Prof. Jem Bendell’s paper, ‘Deep Adaptation: A Map for Navigating Climate Tragedy’ has been deeply inspirational to me. I have used his Resilience, Relinquishment, Restoration framework to inform the four principles of brand building in climate change epoch.
We, the brand-builders and brand owners, must ask ourselves,
- Does our brand’s existence harm anyone in anyway? If yes, how can we change?
- How do we help people overcome emerging challenges?
- How much are we willing to give up in the interest of humanity’s survival? How do we plan to relinquish things that might make matters worse?
- What in our world can we help restore and strengthen against the coming dangers of climate change?
1. Does our existence harm anyone?
A brand might be fighting against patriarchal standards of beauty, but if its packaging ends up clogging world’s oceans, the net impact is negative, isn’t it?
The time where brands could externalise environmental costs is over. As climate change consciousness takes hold, a brand would be forced to reckon with every decision it takes, every act it perpetrates. ‘Eternal vigilance’ will be the price of humanity’s survival.
2. How do we help people overcome emerging challenges?
A consumer’s need is a market opportunity. With climate change, there will be newer opportunities for brands to cater to. However, unlike 20th century, where profit motive and shareholder returns were the Raison D’être of corporate (and hence brands) existence; 21st century brands cannot afford to be sociopathic. Profit must be balanced against ensuring equitable access. As economic inequality increases, brands that profiteer are bound to tip the world towards violence and anarchy.
3. How much are we willing to give up in the interest of humanity’s survival? How do we plan to relinquish things that might make matters worse?
Going forward, relinquishment would be an integral part of our way of life. We can’t have it all. Science tells us that there are limits to resource exploitation and their rate of renewal.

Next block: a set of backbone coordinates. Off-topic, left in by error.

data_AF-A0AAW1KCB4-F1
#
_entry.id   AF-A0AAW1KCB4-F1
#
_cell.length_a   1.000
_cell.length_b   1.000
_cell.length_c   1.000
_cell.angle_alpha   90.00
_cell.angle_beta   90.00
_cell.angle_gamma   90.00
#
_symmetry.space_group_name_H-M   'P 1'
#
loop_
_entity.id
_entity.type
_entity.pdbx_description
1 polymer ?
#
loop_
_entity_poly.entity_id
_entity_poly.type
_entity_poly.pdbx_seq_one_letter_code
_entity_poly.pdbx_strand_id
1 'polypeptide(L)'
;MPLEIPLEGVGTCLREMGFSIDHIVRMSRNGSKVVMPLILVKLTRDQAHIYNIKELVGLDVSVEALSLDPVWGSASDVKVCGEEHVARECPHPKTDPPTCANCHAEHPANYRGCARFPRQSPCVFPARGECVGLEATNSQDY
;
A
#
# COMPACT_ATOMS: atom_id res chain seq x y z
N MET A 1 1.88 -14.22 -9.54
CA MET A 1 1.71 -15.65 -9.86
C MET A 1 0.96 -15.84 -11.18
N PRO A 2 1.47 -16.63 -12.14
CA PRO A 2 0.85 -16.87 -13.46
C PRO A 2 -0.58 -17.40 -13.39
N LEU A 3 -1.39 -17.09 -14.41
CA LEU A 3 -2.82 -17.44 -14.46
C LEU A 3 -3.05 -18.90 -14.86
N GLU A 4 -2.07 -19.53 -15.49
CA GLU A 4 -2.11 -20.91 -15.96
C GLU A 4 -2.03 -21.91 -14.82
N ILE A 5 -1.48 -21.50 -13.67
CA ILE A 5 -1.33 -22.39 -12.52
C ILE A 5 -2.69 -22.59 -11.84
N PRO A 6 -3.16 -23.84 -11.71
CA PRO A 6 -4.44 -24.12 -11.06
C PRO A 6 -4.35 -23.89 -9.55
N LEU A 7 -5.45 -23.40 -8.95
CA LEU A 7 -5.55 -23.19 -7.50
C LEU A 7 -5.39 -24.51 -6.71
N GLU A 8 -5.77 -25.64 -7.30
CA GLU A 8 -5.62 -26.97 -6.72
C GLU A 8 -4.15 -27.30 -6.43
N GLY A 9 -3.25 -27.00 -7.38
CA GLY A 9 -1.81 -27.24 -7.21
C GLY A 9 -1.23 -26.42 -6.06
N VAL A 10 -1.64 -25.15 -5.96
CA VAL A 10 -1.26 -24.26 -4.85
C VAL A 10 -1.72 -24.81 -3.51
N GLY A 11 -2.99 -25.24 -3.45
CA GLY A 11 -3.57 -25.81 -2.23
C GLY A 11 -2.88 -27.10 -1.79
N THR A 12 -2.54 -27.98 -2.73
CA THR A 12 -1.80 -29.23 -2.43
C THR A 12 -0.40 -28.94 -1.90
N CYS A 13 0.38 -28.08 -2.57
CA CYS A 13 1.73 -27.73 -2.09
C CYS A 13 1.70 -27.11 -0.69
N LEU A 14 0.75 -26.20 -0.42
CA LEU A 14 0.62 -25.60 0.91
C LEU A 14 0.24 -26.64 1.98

This impacts the fundamental aspect of capitalist economies: competition. Competition can’t externalise its cost anymore. Competition can’t run unchecked.
Industries and brands would need to compete in a new scenario where the most aggressive player gets kicked out. Sportsmanship, if not exhibited, will be enforced soon enough with regulations.
In this scenario, brands must be willing to relinquish things that might give them an advantage but are detrimental to people. Can brands relinquish profit margins that affect access to critical medicines for climate affected refugees? Can a fast food brand relinquish its star of the menu – beef burgers – to reduce methane emissions? Can an electric motor company relinquish its IP and help accelerate adoption of green tech?
Some brands are already doing the right thing. Consider Tesla and its open sourcing of IP for its electric car designs and Neuralink.
4. What in our world can we help restore and strengthen against the coming dangers of climate change?
Would you want your children to grow up in a world where lakes don’t exist, where urban birds are extinct, where traditional dances and festivals have been confined to documentaries?
Over the last few centuries, we have been losing much of humanity’s treasure trove of indigenous knowledge systems and cultural practices. Embedded in these knowledge systems are secrets to ways of living in harmony with the world, ways of appreciating beauty, methods to survive with natural world.
Brands can find purpose in helping restore some of these. Restore a lake, restore a cultural practice, restore a community’s way of life.
The world is too beautiful and wondrous to give up on. It’s time for brands to engage in good faith with the world. It’s time for brands to help humanity thrive as climate change accelerates.
I would be happy to work with brands in this journey.